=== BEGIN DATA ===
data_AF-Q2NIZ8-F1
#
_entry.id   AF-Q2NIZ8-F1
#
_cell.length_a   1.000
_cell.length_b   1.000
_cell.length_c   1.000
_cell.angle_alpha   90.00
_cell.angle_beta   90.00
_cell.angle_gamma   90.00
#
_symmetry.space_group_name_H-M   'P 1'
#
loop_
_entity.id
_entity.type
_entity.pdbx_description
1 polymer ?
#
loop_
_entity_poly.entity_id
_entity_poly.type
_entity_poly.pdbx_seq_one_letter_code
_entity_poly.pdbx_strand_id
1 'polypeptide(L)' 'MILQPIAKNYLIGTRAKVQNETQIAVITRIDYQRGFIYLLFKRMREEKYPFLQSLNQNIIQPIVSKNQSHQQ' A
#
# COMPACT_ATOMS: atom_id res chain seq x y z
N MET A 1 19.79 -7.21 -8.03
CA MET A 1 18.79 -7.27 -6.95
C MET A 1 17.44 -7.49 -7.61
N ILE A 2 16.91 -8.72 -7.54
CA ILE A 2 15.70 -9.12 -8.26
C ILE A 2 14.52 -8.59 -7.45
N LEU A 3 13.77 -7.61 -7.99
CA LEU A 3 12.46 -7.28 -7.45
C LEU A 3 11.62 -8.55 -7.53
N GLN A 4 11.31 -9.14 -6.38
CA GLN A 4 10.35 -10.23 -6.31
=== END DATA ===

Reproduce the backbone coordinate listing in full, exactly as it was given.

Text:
data_AF-Q2NIZ8-F1
#
_entry.id   AF-Q2NIZ8-F1
#
_cell.length_a   1.000
_cell.length_b   1.000
_cell.length_c   1.000
_cell.angle_alpha   90.00
_cell.angle_beta   90.00
_cell.angle_gamma   90.00
#
_symmetry.space_group_name_H-M   'P 1'
#
loop_
_entity.id
_entity.type
_entity.pdbx_description
1 polymer ?
#
loop_
_entity_poly.entity_id
_entity_poly.type
_entity_poly.pdbx_seq_one_letter_code
_entity_poly.pdbx_strand_id
1 'polypeptide(L)' 'MILQPIAKNYLIGTRAKVQNETQIAVITRIDYQRGFIYLLFKRMREEKYPFLQSLNQNIIQPIVSKNQSHQQ' A
#
# COMPACT_ATOMS: atom_id res chain seq x y z
N MET A 1 19.79 -7.21 -8.03
CA MET A 1 18.79 -7.27 -6.95
C MET A 1 17.44 -7.49 -7.61
N ILE A 2 16.91 -8.72 -7.54
CA ILE A 2 15.70 -9.12 -8.26
C ILE A 2 14.52 -8.59 -7.45
N LEU A 3 13.77 -7.61 -7.99
CA LEU A 3 12.46 -7.28 -7.45
C LEU A 3 11.62 -8.55 -7.53
N GLN A 4 11.31 -9.14 -6.38
CA GLN A 4 10.35 -10.23 -6.31